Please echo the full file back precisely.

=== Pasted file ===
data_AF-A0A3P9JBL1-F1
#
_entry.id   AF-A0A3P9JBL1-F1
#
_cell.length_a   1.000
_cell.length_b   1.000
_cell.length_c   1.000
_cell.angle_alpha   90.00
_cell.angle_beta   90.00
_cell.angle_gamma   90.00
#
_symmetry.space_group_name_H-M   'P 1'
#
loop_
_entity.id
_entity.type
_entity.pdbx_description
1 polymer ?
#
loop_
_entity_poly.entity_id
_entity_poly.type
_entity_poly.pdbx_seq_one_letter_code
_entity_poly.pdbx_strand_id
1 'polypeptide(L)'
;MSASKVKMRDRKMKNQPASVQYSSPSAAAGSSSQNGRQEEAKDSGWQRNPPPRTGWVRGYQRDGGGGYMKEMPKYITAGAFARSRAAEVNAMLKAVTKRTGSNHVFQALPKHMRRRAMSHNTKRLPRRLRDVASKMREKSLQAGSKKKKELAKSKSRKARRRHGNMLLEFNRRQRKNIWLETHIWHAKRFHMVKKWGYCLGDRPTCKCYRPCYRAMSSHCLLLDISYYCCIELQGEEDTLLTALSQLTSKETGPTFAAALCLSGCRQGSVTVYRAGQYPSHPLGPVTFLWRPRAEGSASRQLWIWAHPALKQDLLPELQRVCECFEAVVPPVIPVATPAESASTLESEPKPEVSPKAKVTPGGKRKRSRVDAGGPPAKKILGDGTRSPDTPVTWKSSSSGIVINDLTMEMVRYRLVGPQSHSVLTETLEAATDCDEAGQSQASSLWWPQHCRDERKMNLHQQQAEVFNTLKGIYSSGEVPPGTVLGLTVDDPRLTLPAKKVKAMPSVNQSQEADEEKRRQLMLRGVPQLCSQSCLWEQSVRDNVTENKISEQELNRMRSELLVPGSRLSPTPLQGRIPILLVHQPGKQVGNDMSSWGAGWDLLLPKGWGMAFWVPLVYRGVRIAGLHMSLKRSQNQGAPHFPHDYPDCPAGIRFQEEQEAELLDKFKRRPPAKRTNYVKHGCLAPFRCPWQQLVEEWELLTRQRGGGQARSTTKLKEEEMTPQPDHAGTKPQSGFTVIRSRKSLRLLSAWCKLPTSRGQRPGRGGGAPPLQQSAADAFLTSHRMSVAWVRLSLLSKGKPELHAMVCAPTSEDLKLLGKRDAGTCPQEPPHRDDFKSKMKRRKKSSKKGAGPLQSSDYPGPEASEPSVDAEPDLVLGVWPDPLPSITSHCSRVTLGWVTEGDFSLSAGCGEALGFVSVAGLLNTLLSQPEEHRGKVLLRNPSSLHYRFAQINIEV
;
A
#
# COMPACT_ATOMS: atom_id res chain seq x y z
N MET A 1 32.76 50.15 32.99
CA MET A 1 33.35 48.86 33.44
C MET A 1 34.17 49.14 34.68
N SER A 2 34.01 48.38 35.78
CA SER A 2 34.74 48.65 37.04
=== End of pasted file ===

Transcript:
data_AF-A0A3P9JBL1-F1
#
_entry.id   AF-A0A3P9JBL1-F1
#
_cell.length_a   1.000
_cell.length_b   1.000
_cell.length_c   1.000
_cell.angle_alpha   90.00
_cell.angle_beta   90.00
_cell.angle_gamma   90.00
#
_symmetry.space_group_name_H-M   'P 1'
#
loop_
_entity.id
_entity.type
_entity.pdbx_description
1 polymer ?
#
loop_
_entity_poly.entity_id
_entity_poly.type
_entity_poly.pdbx_seq_one_letter_code
_entity_poly.pdbx_strand_id
1 'polypeptide(L)'
;MSASKVKMRDRKMKNQPASVQYSSPSAAAGSSSQNGRQEEAKDSGWQRNPPPRTGWVRGYQRDGGGGYMKEMPKYITAGAFARSRAAEVNAMLKAVTKRTGSNHVFQALPKHMRRRAMSHNTKRLPRRLRDVASKMREKSLQAGSKKKKELAKSKSRKARRRHGNMLLEFNRRQRKNIWLETHIWHAKRFHMVKKWGYCLGDRPTCKCYRPCYRAMSSHCLLLDISYYCCIELQGEEDTLLTALSQLTSKETGPTFAAALCLSGCRQGSVTVYRAGQYPSHPLGPVTFLWRPRAEGSASRQLWIWAHPALKQDLLPELQRVCECFEAVVPPVIPVATPAESASTLESEPKPEVSPKAKVTPGGKRKRSRVDAGGPPAKKILGDGTRSPDTPVTWKSSSSGIVINDLTMEMVRYRLVGPQSHSVLTETLEAATDCDEAGQSQASSLWWPQHCRDERKMNLHQQQAEVFNTLKGIYSSGEVPPGTVLGLTVDDPRLTLPAKKVKAMPSVNQSQEADEEKRRQLMLRGVPQLCSQSCLWEQSVRDNVTENKISEQELNRMRSELLVPGSRLSPTPLQGRIPILLVHQPGKQVGNDMSSWGAGWDLLLPKGWGMAFWVPLVYRGVRIAGLHMSLKRSQNQGAPHFPHDYPDCPAGIRFQEEQEAELLDKFKRRPPAKRTNYVKHGCLAPFRCPWQQLVEEWELLTRQRGGGQARSTTKLKEEEMTPQPDHAGTKPQSGFTVIRSRKSLRLLSAWCKLPTSRGQRPGRGGGAPPLQQSAADAFLTSHRMSVAWVRLSLLSKGKPELHAMVCAPTSEDLKLLGKRDAGTCPQEPPHRDDFKSKMKRRKKSSKKGAGPLQSSDYPGPEASEPSVDAEPDLVLGVWPDPLPSITSHCSRVTLGWVTEGDFSLSAGCGEALGFVSVAGLLNTLLSQPEEHRGKVLLRNPSSLHYRFAQINIEV
;
A
#
# COMPACT_ATOMS: atom_id res chain seq x y z
N MET A 1 32.76 50.15 32.99
CA MET A 1 33.35 48.86 33.44
C MET A 1 34.17 49.14 34.68
N SER A 2 34.01 48.38 35.78
CA SER A 2 34.74 48.65 37.04